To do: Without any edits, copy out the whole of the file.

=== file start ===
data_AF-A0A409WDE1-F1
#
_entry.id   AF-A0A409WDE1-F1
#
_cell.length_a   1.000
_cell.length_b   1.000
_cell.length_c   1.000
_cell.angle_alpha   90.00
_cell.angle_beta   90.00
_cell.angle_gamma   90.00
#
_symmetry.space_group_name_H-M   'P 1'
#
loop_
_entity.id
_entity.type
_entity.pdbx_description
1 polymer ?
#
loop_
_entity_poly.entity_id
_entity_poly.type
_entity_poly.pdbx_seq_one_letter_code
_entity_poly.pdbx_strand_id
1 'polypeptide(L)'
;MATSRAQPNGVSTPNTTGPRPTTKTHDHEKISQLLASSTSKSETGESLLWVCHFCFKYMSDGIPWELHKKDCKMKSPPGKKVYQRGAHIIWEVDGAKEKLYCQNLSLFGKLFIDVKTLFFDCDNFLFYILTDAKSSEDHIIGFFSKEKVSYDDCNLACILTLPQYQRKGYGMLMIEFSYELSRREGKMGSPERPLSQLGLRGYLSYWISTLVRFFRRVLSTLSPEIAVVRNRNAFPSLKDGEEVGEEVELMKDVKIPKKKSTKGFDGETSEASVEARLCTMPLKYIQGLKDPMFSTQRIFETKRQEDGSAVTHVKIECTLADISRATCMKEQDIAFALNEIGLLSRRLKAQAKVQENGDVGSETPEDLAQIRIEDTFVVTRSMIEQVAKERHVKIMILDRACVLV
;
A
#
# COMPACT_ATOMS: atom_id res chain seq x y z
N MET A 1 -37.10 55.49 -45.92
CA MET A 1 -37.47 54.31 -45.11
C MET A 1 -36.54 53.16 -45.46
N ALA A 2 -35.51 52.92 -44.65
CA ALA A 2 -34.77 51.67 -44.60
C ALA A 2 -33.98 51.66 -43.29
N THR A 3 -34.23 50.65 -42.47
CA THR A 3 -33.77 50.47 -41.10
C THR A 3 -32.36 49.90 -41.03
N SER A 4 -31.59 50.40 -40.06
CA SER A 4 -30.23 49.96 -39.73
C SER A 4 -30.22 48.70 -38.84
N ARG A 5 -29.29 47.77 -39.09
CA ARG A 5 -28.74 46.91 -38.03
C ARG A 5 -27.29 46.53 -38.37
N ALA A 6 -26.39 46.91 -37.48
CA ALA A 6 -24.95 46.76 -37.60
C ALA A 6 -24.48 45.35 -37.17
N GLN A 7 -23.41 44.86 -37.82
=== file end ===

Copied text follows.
data_AF-A0A409WDE1-F1
#
_entry.id   AF-A0A409WDE1-F1
#
_cell.length_a   1.000
_cell.length_b   1.000
_cell.length_c   1.000
_cell.angle_alpha   90.00
_cell.angle_beta   90.00
_cell.angle_gamma   90.00
#
_symmetry.space_group_name_H-M   'P 1'
#
loop_
_entity.id
_entity.type
_entity.pdbx_description
1 polymer ?
#
loop_
_entity_poly.entity_id
_entity_poly.type
_entity_poly.pdbx_seq_one_letter_code
_entity_poly.pdbx_strand_id
1 'polypeptide(L)'
;MATSRAQPNGVSTPNTTGPRPTTKTHDHEKISQLLASSTSKSETGESLLWVCHFCFKYMSDGIPWELHKKDCKMKSPPGKKVYQRGAHIIWEVDGAKEKLYCQNLSLFGKLFIDVKTLFFDCDNFLFYILTDAKSSEDHIIGFFSKEKVSYDDCNLACILTLPQYQRKGYGMLMIEFSYELSRREGKMGSPERPLSQLGLRGYLSYWISTLVRFFRRVLSTLSPEIAVVRNRNAFPSLKDGEEVGEEVELMKDVKIPKKKSTKGFDGETSEASVEARLCTMPLKYIQGLKDPMFSTQRIFETKRQEDGSAVTHVKIECTLADISRATCMKEQDIAFALNEIGLLSRRLKAQAKVQENGDVGSETPEDLAQIRIEDTFVVTRSMIEQVAKERHVKIMILDRACVLV
;
A
#
# COMPACT_ATOMS: atom_id res chain seq x y z
N MET A 1 -37.10 55.49 -45.92
CA MET A 1 -37.47 54.31 -45.11
C MET A 1 -36.54 53.16 -45.46
N ALA A 2 -35.51 52.92 -44.65
CA ALA A 2 -34.77 51.67 -44.60
C ALA A 2 -33.98 51.66 -43.29
N THR A 3 -34.23 50.65 -42.47
CA THR A 3 -33.77 50.47 -41.10
C THR A 3 -32.36 49.90 -41.03
N SER A 4 -31.59 50.40 -40.06
CA SER A 4 -30.23 49.96 -39.73
C SER A 4 -30.22 48.70 -38.84
N ARG A 5 -29.29 47.77 -39.09
CA ARG A 5 -28.74 46.91 -38.03
C ARG A 5 -27.29 46.53 -38.37
N ALA A 6 -26.39 46.91 -37.48
CA ALA A 6 -24.95 46.76 -37.60
C ALA A 6 -24.48 45.35 -37.17
N GLN A 7 -23.41 44.86 -37.82